“If the book will be too difficult for grown-ups,” Madeleine L’Engle, author of the classic Wrinkle in Time series, once said, “then you write it for children.”  When I set out to write an “all ages” comic book like Abadazad or The Adventures of Augusta Wind—or a prose novel like ImaginalisI want to stimulate the imagination and explore deep themes, creating a story that a parent and child can enjoy together without fear of the content overwhelming or seriously disturbing the child.  I say seriously because a little bit of nightmare is good for the soul:  the Wicked Witch of the West and Monstro the Whale terrified my younger self, but it was an exhilarating kind of terror.  (It could be—as some have argued—that exorcising our demons through stories is, in the long run, psychically and emotionally therapeutic—but that’s another post for another time.)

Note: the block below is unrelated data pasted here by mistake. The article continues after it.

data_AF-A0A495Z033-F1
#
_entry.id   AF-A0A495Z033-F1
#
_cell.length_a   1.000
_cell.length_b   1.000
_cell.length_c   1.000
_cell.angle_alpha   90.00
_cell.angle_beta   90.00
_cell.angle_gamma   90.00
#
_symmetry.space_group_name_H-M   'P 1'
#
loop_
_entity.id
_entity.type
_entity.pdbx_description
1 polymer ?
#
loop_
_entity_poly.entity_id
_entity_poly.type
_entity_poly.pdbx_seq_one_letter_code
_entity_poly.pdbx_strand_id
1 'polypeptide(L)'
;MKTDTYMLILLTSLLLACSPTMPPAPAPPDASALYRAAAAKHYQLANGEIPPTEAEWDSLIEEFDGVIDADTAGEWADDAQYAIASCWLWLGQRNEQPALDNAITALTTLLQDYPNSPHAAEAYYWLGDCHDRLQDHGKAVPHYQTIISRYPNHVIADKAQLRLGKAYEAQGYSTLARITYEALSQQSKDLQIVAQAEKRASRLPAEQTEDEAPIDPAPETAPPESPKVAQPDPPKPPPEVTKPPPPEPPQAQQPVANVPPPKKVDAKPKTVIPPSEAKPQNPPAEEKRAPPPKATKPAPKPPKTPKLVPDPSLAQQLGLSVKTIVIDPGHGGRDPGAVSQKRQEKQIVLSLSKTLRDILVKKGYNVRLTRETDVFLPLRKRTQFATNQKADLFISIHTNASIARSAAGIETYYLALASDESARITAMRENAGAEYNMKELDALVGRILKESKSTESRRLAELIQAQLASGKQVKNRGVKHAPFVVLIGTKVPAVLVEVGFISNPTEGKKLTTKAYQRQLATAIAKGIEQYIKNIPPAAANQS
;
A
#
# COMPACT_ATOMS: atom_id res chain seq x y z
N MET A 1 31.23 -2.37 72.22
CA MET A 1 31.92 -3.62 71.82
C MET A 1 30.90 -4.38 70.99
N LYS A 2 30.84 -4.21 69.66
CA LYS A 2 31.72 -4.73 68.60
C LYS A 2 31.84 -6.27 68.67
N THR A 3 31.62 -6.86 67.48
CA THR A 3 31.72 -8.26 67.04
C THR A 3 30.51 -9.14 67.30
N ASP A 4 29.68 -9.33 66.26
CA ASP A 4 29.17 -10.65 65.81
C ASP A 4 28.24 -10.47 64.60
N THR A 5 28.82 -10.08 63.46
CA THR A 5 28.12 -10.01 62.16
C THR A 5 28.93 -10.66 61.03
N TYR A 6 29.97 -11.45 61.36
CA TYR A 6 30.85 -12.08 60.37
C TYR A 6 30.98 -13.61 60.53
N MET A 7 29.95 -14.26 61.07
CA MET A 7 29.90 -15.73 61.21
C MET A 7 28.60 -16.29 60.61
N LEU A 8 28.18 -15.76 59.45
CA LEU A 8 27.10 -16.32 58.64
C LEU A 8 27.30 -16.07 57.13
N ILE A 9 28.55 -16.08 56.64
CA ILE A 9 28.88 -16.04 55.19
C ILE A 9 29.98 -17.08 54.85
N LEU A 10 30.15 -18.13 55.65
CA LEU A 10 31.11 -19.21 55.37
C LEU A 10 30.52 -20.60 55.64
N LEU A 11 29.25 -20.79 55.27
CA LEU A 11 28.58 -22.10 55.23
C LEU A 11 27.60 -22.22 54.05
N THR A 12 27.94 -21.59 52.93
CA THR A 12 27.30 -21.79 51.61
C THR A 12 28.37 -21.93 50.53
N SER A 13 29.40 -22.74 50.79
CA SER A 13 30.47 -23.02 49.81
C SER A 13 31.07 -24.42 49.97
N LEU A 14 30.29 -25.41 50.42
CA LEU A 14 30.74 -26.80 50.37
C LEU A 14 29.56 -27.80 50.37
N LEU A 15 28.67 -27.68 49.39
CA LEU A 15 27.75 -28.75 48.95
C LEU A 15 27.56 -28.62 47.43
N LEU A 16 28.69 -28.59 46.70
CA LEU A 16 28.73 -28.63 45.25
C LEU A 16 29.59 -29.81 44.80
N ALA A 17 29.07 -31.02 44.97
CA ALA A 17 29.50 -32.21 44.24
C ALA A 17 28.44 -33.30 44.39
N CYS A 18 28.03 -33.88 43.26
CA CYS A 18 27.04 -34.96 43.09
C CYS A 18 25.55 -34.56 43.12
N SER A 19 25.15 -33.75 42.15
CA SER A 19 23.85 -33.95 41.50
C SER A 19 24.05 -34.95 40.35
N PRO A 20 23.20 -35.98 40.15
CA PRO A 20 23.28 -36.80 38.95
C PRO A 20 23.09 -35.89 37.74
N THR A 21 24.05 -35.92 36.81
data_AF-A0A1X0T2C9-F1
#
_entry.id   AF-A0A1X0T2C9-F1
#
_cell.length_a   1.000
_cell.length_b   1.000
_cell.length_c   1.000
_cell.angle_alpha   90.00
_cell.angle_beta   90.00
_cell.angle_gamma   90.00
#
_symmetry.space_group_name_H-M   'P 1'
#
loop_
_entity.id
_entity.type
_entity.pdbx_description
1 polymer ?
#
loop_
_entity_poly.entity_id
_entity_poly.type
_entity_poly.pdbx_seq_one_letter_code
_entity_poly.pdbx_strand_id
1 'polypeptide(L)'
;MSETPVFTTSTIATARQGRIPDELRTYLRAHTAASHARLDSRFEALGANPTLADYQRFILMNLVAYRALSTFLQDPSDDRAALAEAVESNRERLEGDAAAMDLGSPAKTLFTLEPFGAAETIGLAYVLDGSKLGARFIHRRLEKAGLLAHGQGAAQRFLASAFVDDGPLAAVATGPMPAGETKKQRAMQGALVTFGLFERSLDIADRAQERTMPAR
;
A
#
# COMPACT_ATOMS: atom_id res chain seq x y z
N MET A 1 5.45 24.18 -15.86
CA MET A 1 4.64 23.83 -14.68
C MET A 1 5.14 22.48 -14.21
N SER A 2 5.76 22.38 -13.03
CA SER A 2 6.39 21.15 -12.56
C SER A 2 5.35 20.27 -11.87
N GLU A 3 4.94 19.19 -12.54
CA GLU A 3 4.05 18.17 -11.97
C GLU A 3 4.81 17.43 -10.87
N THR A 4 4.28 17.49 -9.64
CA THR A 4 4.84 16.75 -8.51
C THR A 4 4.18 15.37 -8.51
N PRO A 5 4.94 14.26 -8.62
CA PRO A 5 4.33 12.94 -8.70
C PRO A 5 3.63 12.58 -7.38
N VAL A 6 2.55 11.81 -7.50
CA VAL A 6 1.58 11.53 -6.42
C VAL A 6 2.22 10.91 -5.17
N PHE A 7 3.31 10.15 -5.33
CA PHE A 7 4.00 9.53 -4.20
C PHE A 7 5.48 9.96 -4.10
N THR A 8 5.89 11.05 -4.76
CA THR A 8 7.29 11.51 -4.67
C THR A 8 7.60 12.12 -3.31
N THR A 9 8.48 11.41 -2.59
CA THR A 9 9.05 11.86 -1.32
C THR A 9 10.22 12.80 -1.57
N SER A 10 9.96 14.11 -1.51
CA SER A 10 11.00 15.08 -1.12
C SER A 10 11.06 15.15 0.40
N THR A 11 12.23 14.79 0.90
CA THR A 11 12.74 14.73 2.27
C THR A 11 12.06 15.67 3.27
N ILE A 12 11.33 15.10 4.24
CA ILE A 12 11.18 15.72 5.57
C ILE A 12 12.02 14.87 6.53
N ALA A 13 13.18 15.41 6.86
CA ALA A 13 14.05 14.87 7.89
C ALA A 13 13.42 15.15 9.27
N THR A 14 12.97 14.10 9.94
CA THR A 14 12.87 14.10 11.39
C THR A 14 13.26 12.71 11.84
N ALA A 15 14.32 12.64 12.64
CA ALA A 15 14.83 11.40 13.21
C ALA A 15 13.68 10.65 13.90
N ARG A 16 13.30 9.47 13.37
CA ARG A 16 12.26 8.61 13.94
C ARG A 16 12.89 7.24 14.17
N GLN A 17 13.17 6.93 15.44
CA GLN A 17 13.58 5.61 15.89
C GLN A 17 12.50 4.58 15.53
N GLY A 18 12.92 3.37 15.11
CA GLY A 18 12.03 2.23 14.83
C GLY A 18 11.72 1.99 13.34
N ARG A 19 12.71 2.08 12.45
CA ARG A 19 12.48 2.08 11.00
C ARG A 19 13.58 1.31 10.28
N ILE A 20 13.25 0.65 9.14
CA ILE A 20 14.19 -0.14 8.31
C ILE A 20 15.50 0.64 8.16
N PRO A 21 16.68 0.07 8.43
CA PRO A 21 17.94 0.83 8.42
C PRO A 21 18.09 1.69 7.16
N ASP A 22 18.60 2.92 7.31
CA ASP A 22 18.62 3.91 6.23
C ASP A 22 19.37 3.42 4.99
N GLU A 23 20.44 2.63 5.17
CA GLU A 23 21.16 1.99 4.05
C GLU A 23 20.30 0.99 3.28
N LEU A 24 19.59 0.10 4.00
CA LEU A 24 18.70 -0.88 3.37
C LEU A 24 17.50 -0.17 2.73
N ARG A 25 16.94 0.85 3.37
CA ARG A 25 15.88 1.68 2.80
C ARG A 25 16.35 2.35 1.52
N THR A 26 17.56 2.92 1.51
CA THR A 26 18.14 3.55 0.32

Of course there’s no such thing as a Generic Child:  they all react differently to the stories they encounter.  I remember a friend’s daughter who could watch all manner of violent movies—absorbing images far too unsettling for my own kids—yet the stepmother in Disney's Cinderella paralyzed her with fear.  Then there’s the age factor:  What's suitable for an eight or nine year old could traumatize a four or five year old.  There's a big leap from Winnie The Pooh and Doctor Seuss to the later Harry Potter books and Philip Pullman’s His Dark Materials. 

When my daughter was little, she would often come to us, without prompting, book in hand (a book we’d screened and declared acceptable) and announce, “This is not appropriate for me!”  We’d put the book away and Katie would try it again in six months or a year.  My son, on the other hand, would sometimes push for entertainment that crossed the border into edgier territory we didn’t think he was emotionally prepared for.  Sometimes we drew an uncrossable line in the sand, but, when we acquiesced and set Cody free to explore, his judgement was often correct.  We continued to carefully monitor our kids’ choices, but we also learned to have faith in their instincts—and to regularly question our own.